This started as a story about Britain’s attempts to leave the European Union. The writing process gave me an opportunity to reflect on a transition work group I’m participating in. The irony is that the story was always intended to illuminate the value of checking assumptions and regrouping as needed. The story is a quick read, with a little food for thought. Comments and sharing are always welcome.
In this post:
Story: Brexit – All’s what you have to do is…
On 23 June 2016, a referendum was held to decide Britain’s continued membership in the European Union (EU). The majority of those who voted chose to leave. This choice is now known as “Brexit.” Since that time, there has been much wailing and gnashing of teeth. And yet, there appears to be no clear path to the end of this process.
Brexit has had so many twists and turns that it is hard to keep track of the issues at its heart. The current barrier to completing the exit from the EU seems to be centered around the border between Northern Ireland (part of Britain) and the Republic of Ireland (an independent member of the EU). Given the long history of violence in Northern Ireland, thoughtful consideration of this potential stumbling block makes sense. As negotiations drag on, the question: what important, but (now) less urgent issues prompted the Brexit vote?
The rhetoric surrounding the Brexit vote focused on immigration, trade, autonomy, and equity. Some people had well thought out reasons for their vote. Others found their vote had implications they had not considered. Still others cast protest votes without thinking the referendum would actually pass. Within days of the referendum there was talk of a second vote. Given the narrow margin of the vote (52% in favor to 48% against), it’s not surprising that the British Parliament remains deeply divided on how to proceed with the separation from the EU. It may be time to revisit the issues that prompted the Brexit vote.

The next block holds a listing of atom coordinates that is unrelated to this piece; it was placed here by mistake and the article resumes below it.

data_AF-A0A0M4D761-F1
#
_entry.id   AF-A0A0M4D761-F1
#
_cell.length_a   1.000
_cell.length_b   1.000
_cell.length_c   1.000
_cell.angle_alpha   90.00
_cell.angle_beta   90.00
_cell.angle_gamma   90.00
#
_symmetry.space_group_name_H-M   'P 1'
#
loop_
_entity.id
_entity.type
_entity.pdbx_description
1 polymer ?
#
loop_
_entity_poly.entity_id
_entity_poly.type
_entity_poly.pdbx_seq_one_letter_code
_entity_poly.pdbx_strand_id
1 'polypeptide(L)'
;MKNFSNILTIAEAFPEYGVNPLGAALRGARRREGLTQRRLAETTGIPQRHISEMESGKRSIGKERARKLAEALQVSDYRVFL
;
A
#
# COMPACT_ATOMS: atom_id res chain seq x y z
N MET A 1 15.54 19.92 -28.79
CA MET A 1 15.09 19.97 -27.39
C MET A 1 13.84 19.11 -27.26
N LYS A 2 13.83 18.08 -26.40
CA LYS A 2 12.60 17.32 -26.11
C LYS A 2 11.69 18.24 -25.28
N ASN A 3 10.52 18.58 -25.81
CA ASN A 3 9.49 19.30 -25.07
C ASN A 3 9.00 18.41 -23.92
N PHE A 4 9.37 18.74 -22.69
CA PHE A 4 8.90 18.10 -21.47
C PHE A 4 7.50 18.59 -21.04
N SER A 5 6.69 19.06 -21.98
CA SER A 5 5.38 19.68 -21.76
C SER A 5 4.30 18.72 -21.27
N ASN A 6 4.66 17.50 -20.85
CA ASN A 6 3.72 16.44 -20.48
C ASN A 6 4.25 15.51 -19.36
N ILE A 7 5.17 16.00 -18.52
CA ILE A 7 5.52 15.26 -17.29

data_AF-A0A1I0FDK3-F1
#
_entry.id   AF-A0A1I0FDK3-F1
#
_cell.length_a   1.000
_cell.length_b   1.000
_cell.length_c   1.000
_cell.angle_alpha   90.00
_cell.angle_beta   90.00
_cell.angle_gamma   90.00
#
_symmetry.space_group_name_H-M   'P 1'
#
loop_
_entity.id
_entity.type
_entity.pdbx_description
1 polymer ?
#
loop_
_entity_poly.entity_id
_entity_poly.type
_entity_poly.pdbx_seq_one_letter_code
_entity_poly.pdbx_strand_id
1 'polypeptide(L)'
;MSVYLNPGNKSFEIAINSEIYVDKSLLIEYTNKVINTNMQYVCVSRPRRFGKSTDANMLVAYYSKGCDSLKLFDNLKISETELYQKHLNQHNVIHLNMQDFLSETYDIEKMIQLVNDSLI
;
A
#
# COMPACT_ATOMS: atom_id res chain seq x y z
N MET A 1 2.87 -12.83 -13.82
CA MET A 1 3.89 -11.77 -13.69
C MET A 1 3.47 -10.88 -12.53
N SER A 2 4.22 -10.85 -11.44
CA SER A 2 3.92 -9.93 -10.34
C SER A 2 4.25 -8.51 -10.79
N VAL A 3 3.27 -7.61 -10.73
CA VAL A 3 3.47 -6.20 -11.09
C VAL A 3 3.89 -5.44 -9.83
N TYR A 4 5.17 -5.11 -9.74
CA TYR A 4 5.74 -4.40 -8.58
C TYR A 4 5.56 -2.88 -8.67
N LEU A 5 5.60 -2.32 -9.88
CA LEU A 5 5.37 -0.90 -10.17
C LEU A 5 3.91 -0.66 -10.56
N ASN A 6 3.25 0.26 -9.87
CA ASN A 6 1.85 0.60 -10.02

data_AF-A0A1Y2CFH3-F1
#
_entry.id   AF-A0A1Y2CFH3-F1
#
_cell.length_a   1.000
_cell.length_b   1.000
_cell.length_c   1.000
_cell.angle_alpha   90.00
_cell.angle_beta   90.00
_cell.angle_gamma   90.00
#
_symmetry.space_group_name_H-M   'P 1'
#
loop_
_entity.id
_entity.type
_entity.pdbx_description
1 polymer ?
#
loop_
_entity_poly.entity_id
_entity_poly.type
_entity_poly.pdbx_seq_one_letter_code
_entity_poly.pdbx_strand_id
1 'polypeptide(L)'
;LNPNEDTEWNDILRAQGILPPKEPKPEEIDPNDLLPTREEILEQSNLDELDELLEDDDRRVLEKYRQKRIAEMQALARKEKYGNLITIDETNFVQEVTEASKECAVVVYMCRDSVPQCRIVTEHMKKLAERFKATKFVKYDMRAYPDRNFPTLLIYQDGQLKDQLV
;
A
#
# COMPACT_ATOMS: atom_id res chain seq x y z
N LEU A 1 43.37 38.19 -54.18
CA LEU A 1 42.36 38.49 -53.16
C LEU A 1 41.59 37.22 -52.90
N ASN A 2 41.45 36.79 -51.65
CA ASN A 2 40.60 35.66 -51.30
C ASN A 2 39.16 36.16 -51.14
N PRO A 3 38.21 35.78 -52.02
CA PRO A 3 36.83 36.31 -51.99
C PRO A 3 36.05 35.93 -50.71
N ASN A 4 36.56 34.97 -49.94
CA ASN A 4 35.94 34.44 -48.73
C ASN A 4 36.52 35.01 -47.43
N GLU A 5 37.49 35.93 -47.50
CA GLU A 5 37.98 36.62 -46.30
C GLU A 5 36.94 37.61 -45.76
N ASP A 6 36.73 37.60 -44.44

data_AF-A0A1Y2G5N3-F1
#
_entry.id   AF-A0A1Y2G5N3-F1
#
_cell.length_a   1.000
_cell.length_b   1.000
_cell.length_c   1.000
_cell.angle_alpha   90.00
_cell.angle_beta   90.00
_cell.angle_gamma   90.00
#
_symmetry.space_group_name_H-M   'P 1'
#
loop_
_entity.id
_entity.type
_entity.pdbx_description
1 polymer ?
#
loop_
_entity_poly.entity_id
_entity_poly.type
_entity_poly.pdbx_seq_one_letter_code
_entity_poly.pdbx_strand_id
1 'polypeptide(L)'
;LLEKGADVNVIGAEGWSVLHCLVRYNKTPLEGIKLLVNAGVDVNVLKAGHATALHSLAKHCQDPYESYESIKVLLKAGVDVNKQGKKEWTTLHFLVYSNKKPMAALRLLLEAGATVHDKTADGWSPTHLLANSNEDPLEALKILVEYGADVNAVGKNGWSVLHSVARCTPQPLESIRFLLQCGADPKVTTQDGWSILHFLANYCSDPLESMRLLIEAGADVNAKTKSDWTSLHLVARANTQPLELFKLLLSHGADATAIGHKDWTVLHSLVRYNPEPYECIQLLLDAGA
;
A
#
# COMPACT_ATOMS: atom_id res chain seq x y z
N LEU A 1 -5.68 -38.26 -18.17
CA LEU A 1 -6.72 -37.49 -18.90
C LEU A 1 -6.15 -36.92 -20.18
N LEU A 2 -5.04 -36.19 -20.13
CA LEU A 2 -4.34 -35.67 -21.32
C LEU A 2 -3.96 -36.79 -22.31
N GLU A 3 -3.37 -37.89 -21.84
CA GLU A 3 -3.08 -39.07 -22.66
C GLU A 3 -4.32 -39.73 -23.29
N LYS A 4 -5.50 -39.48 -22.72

On 29 March, 2017 the British Prime Minister notified the EU of Britain’s intent to leave the European Union. That started a two year countdown to complete the process. It was expected that leaving the EU would be complex, involving many points of negotiation and decision. It is these many decision points that seem to have led to the process nearly grinding to a halt.
Given the seemingly insurmountable political and technical challenges associated with leaving the EU, it may be easier to address some of the issues that prompted the original vote and identify those that are still relevant. Leaving the EU may not be as important as it was originally thought. It’s also possible that leaving the EU may not address the concerns that prompted the original vote.
As I wrote this I found myself reflecting on a transition workgroup I’m a part of. Like the Brexit negotiations, we appear to be at an impasse. And like the Brexit negotiations, it’s important that we get things right. I can’t help but wonder What I’m missing in the process and how the things that were once seen as critical success factors might not be quite as important as originally thought. It is clearly time to revisit these questions and reevaluate what is important to all parties to the negotiations.
- Applying the lessons
On the assumption that nobody associated with the Brexit negotiations is going to reach out for my advice, I’ll stay closer to home. Here are some thoughts I will be carrying with me the next time the work group I’m a part of meets:
- Revisit the thinking behind the perceived need for change.
- Revisit the initial framework for addressing the situation.
- Reflect on my personal attachment to the initial solution framework.
- Gain an understanding of how/why the original consensus was lost.
- Determine a set of minimum (non-negotiable) outcome criteria.
- Accept that we may differ in our approach to logically equivalent outcomes.
- Reframe the conversation toward a solution that will be sustainable into the future.
- House of Commons Library, (2019) Brexit timeline: events leading to the UK’s exit from the European Union – Commons Library briefing – UK Parliament. https://researchbriefings.parliament.uk/ResearchBriefing/Summary/CBP-7960
- Reklaitis, Victor. (4/29/2016) “5 arguments in favor of a U.K. “Brexit from the EU” and 5 against.” MarketWatch, Inc https://www.marketwatch.com/story/5-arguments-why-uk-should-vote-for-a-brexit-and-5-against-2016-04-29/print
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